Soule Finds a Weakness in the Afterlife, Discusses Surprise "Inhuman" Return
We continue a MONTH of I Saw It Advertised One Day! Each day this January you’ll get a piece looking at advertisements in comic books over the decades that amused me for whatever reason. In each installment, we’ll take a look at three ads!
Here is an archive of all installments of this feature.
This 1960 signet ring scam is actually one of the lesser of these types of scams, as I sincerely doubt there’s any way of actively getting their $8 from the kids if they kids chose to ignore them.
Still, this is an interesting example in kid-scamming, making it seem like the price is due to the kids having to also pass a test. Heck, who’s to say that they didn’t just tell the kids, “Sorry, you were wrong.” It’s not like a kid in 1960 is going to make a copy of their answer sheet.
It’s interesting seeing this 1943 Wheaties ad ALSO go with the whole “food-power” term that usually was only used for stuff with a lot of sugar in it.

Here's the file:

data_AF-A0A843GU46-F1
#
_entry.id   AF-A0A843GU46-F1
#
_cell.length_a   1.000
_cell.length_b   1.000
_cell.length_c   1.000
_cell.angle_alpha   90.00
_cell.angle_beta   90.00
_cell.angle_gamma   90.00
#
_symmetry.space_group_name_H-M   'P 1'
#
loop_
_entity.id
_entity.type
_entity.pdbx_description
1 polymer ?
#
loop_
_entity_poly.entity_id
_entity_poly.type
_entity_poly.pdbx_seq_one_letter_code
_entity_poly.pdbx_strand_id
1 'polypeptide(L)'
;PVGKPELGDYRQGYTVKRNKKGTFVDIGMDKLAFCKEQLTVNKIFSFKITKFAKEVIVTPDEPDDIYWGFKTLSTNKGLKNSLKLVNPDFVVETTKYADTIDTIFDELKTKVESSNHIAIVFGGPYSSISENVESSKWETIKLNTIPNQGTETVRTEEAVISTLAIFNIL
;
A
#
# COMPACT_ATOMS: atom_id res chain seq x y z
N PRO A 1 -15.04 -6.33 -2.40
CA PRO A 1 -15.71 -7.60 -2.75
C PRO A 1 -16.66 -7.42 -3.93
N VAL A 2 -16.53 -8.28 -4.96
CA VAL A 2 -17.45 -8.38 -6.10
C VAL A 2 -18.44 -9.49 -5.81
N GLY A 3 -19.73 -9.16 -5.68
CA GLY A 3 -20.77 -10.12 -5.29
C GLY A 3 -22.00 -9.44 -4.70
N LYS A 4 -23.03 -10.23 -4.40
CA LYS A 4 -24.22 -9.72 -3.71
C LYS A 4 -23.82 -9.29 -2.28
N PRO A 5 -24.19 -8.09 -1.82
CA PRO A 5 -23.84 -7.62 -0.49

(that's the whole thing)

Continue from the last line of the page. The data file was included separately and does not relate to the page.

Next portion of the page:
Pretty darn text-heavy ad, huh?
If the US knew that Wheaties worked this well, they never would have had to raze Dresden.
I just like knowing that even in 1976 people were obsessed with protecting their valuable comic books.
Check out the prices, too! This is not some cheap investment! That’s a lot of money to spend on a comic book protection album, especially when it appears not to hold that many comics. I love the vague “a year’s worth of comics” measurement. What does that mean? 12? Or 6 bi-monthly comics?
That’s all for this installment! If you can think of some goofy comic book ads you’d like to see me feature here, drop me a line at email@example.com. Do not make suggestions in the comment section, so that they can still be a surprise for future readers! In fact, I think I’ll just delete comments that contain future suggestions.
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